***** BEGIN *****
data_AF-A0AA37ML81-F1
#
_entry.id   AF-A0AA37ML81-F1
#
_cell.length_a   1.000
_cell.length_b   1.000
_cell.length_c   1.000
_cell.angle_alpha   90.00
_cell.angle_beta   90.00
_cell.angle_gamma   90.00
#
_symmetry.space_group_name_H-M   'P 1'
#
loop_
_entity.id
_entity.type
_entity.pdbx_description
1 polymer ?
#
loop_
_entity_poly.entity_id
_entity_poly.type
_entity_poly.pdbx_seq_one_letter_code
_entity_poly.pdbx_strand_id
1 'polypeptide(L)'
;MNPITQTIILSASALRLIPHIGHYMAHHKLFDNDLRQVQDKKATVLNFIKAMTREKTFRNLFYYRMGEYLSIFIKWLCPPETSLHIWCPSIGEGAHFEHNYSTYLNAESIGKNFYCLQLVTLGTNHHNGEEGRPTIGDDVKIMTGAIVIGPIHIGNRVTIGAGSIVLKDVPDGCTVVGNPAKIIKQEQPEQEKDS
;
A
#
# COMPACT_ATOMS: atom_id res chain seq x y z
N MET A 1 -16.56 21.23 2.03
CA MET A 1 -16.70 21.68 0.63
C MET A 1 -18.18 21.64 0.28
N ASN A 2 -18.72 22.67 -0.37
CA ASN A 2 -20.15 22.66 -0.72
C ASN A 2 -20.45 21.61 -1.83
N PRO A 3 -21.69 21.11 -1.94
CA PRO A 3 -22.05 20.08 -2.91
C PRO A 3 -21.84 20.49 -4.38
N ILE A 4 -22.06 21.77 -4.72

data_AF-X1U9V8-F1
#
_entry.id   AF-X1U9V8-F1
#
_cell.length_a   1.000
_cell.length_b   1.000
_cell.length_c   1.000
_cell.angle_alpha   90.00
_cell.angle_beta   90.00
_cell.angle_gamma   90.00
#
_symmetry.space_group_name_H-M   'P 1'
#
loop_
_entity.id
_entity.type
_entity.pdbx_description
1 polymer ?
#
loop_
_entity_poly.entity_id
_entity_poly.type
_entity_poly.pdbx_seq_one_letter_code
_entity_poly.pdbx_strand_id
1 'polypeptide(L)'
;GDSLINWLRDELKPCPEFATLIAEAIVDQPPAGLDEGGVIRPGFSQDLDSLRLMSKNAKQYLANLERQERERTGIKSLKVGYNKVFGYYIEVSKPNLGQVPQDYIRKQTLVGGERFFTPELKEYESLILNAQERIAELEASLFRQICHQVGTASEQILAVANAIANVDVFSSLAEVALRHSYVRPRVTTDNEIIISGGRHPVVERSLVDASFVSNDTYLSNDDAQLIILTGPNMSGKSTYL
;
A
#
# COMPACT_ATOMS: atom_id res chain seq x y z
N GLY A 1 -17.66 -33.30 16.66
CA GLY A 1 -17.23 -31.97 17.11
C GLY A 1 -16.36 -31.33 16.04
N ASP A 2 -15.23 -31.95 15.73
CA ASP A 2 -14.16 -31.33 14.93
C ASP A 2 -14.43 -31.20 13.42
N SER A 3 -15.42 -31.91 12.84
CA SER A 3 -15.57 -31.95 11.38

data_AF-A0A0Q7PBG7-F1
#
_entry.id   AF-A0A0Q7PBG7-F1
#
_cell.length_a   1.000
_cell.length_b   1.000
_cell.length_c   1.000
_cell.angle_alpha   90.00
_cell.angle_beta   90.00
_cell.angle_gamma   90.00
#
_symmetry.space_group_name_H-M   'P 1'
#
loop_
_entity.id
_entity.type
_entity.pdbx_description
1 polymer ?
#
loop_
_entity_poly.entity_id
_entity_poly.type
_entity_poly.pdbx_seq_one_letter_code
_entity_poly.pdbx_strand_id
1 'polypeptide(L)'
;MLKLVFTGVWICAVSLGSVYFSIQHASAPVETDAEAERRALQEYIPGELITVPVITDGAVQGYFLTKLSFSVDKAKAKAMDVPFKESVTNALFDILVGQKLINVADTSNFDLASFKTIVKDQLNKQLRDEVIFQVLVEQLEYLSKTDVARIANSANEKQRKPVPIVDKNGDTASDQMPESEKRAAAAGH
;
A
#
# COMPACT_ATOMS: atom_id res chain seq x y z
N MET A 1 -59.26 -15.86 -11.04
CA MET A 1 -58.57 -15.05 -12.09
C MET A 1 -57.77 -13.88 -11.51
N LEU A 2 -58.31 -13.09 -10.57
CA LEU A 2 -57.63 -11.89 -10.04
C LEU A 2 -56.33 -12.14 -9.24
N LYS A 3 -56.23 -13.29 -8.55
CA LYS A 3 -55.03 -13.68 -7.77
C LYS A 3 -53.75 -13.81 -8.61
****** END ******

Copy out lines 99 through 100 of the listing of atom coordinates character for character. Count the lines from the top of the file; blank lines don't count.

_entity_poly.entity_id
_entity_poly.type